Lynn Canal

Haines, Alaska Canal Alaska boundary dispute
Lynn Canal, Haines area of southeast Alaska

Lynn Canal is an inlet (not an artificial canal) into the mainland of southeast Alaska.

Lynn Canal runs about 90 miles (140 km) from the inlets of the Chilkat River south to Chatham Strait and Stephens Passage. At over 2,000 feet (610 m) in depth, Lynn Canal is the deepest fjord in North America (outside Greenland) and one of the deepest and longest in the world.

The northern portion of the canal braids into the respective Chilkat, Chilkoot, and Taiya Inlets.

Lynn Canal was explored by Joseph Whidbey in 1794 and named by George Vancouver for his birthplace, King's Lynn, Norfolk, England.[1]

Lynn Canal was frequently visited by maritime fur traders from at least 1800. The Atahualpa visited in 1801 and its log mentions an earlier trading visit by an unidentified ship.[2]

In April 1811 the American maritime fur trader Samuel Hill, captain of Otter, battled the Chilkat Tlingit in the Chilkat Inlet of Lynn Canal. Two of Hill's crew were killed, including his second mate and journal keeper Richard Kemp, his boatswain. Six more were wounded. According to Captain Hill, the Tlingit suffered 40 killed, including 13 chiefs. Hill blamed both his first mate and the Tlingit, but he was notoriously violent and frequently attacked indigenous people unprovoked.[3] [4][5]

For several years after the 1811 battle fewer trade ships visited. By 1821 it was again a regular trading site, with visits by ships such as the Mentor in 1821.[3]

Transportation

Eldred Rock and avalanche chutes in Lynn Canal

Lynn Canal's location as a penetrating waterway into the interior connects Skagway and Haines, Alaska, to Juneau and the rest of the Inside Passage thus making it a major route for shipping, cruise ships, and ferries.

During the Klondike Gold Rush it was a major route to the boom towns of Skagway and Dyea and thence to the Klondike gold fields. The worst maritime disaster in the history of the Pacific Northwest occurred in Lynn Canal during October 1918, when SS Princess Sophia, steaming southbound from Skagway, grounded on the Vanderbilt Reef and later sank, with the loss of all 343 passengers and crew.

After the gold rush and the creation of the White Pass and Yukon Route railroad, ore and other freight from the Yukon Territory was transported on the railroad to Skagway and its deepwater port and then shipped through Lynn Canal. However, in the 1970s and 1980s the freight subsided as mining activity curtailed in the interior and today very little freight is actually shipped in the Lynn Canal.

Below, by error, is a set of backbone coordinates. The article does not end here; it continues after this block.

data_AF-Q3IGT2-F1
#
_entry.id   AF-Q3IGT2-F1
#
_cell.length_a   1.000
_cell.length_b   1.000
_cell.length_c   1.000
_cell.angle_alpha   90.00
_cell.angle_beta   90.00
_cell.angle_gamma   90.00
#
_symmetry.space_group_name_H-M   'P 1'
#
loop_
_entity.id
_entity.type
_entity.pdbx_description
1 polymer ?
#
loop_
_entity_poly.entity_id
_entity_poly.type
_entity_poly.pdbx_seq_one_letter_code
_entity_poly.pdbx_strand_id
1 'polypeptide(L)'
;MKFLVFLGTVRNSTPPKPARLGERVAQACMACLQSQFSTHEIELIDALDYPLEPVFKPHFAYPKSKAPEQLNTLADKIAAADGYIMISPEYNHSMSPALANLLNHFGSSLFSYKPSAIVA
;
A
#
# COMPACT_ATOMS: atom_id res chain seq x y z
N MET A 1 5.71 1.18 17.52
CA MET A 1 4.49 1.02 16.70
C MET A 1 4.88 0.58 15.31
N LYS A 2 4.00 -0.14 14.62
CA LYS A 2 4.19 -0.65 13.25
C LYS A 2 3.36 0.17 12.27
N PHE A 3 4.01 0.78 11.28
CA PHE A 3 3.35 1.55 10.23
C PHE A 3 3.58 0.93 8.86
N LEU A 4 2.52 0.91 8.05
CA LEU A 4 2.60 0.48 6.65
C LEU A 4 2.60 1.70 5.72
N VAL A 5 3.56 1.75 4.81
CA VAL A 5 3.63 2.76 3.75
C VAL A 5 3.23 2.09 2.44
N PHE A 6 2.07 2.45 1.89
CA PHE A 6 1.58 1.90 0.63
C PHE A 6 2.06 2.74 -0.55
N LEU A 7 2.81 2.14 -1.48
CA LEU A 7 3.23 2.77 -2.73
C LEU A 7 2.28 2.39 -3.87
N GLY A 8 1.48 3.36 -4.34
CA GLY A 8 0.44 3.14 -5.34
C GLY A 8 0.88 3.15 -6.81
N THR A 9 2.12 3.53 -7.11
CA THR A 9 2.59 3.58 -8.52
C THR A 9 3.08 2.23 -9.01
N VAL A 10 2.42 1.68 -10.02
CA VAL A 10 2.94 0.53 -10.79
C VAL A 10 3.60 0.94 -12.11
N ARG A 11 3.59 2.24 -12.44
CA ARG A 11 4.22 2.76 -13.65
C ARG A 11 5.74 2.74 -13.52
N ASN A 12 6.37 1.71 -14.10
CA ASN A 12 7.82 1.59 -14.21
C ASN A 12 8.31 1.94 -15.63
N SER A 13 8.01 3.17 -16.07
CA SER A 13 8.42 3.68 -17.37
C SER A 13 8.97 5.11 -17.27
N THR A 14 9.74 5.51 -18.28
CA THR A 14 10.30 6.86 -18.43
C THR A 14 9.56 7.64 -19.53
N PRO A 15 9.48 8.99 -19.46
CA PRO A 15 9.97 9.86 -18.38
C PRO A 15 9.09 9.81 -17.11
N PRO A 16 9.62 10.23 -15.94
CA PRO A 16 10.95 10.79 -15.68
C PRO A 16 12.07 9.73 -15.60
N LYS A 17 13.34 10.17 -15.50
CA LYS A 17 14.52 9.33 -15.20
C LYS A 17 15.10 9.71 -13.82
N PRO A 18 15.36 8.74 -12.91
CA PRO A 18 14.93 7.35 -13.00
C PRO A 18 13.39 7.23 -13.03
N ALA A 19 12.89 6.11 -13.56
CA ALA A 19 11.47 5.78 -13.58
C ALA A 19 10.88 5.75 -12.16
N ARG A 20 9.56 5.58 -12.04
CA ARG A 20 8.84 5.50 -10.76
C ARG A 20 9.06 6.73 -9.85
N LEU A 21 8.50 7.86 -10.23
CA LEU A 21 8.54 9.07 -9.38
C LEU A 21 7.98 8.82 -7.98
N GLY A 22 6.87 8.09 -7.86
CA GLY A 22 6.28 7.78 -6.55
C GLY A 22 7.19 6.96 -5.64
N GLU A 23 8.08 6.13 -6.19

Currently, transportation in the canal is provided by Alaska Marine Highway ferries. There are also several other entrepreneurial water taxis and ferries available, but the AMHS is far and away the most frequently used. A project of uncertain future is the Lynn Canal Highway.

Because of its high use, the United States Coast Guard installed several lighthouses in the early 20th century including Eldred Rock Light, Sentinel Island Light, and Point Sherman Light.

Historically, Lynn Canal proved to be a waterway involved in the Alaska boundary dispute, over the strip of land running down the Pacific coast between British Columbia and Alaska. Of particular value was the fact that Lynn Canal provided access to the Yukon, where gold was found in 1896. The dispute was fought between the United Kingdom, which then controlled Canada's foreign relations, and the United States, and finally settled in 1903 by arbitration. The arbitrators ruled that the canal was part of Alaska, not British Columbia.

References

  1. ^ U.S. Geological Survey Geographic Names Information System: Lynn Canal
  2. ^ Malloy (1998), pp. 176–177
  3. ^ a b Malloy, Mary (1998). "Boston Men" on the Northwest Coast: The American Maritime Fur Trade 1788-1844. The Limestone Press. pp. 140–141. ISBN 978-1-895901-18-4.
  4. ^ Malloy, Mary (2006). Devil on the deep blue sea: The notorious career of Captain Samuel Hill of Boston. Bullbrier Press. ISBN 978-0-9722854-1-4.
  5. ^ Howay, Frederic William (1930). "The Attempt to Capture the Brig Otter". Washington Historical Quarterly. 21 (3): 179–188. JSTOR 40475341.